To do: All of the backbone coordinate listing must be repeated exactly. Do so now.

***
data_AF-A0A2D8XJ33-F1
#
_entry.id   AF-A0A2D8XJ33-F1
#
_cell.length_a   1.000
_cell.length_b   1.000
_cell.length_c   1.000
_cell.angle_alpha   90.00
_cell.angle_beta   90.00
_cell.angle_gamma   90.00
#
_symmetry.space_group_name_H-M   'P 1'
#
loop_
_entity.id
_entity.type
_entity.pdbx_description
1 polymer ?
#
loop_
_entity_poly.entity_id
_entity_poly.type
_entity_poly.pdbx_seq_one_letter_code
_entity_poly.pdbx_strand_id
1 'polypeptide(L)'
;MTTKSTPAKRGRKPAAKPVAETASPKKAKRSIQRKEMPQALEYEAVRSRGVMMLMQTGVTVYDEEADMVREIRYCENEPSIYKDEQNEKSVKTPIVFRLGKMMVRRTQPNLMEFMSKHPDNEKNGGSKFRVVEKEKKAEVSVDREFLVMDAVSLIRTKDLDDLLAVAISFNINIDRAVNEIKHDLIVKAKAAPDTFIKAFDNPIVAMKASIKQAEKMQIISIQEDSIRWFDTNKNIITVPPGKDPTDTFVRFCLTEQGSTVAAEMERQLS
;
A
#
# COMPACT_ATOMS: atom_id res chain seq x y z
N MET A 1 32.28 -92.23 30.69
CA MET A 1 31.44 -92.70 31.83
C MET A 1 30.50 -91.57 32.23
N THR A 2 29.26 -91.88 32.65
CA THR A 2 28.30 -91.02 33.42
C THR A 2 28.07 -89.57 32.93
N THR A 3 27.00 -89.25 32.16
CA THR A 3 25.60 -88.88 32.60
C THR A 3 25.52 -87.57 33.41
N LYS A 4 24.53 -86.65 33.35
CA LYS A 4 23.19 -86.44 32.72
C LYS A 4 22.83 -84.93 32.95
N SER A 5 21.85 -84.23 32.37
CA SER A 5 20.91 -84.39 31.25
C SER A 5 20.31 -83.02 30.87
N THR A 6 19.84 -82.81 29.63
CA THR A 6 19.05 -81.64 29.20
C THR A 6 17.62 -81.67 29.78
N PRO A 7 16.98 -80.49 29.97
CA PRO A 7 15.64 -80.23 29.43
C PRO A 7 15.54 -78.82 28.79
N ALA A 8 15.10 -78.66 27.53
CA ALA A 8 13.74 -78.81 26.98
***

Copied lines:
data_AF-A0A2D8XJ33-F1
#
_entry.id   AF-A0A2D8XJ33-F1
#
_cell.length_a   1.000
_cell.length_b   1.000
_cell.length_c   1.000
_cell.angle_alpha   90.00
_cell.angle_beta   90.00
_cell.angle_gamma   90.00
#
_symmetry.space_group_name_H-M   'P 1'
#
loop_
_entity.id
_entity.type
_entity.pdbx_description
1 polymer ?
#
loop_
_entity_poly.entity_id
_entity_poly.type
_entity_poly.pdbx_seq_one_letter_code
_entity_poly.pdbx_strand_id
1 'polypeptide(L)'
;MTTKSTPAKRGRKPAAKPVAETASPKKAKRSIQRKEMPQALEYEAVRSRGVMMLMQTGVTVYDEEADMVREIRYCENEPSIYKDEQNEKSVKTPIVFRLGKMMVRRTQPNLMEFMSKHPDNEKNGGSKFRVVEKEKKAEVSVDREFLVMDAVSLIRTKDLDDLLAVAISFNINIDRAVNEIKHDLIVKAKAAPDTFIKAFDNPIVAMKASIKQAEKMQIISIQEDSIRWFDTNKNIITVPPGKDPTDTFVRFCLTEQGSTVAAEMERQLS
;
A
#
# COMPACT_ATOMS: atom_id res chain seq x y z
N MET A 1 32.28 -92.23 30.69
CA MET A 1 31.44 -92.70 31.83
C MET A 1 30.50 -91.57 32.23
N THR A 2 29.26 -91.88 32.65
CA THR A 2 28.30 -91.02 33.42
C THR A 2 28.07 -89.57 32.93
N THR A 3 27.00 -89.25 32.16
CA THR A 3 25.60 -88.88 32.60
C THR A 3 25.52 -87.57 33.41
N LYS A 4 24.53 -86.65 33.35
CA LYS A 4 23.19 -86.44 32.72
C LYS A 4 22.83 -84.93 32.95
N SER A 5 21.85 -84.23 32.37
CA SER A 5 20.91 -84.39 31.25
C SER A 5 20.31 -83.02 30.87
N THR A 6 19.84 -82.81 29.63
CA THR A 6 19.05 -81.64 29.20
C THR A 6 17.62 -81.67 29.78
N PRO A 7 16.98 -80.49 29.97
CA PRO A 7 15.64 -80.23 29.43
C PRO A 7 15.54 -78.82 28.79
N ALA A 8 15.10 -78.66 27.53
CA ALA A 8 13.74 -78.81 26.98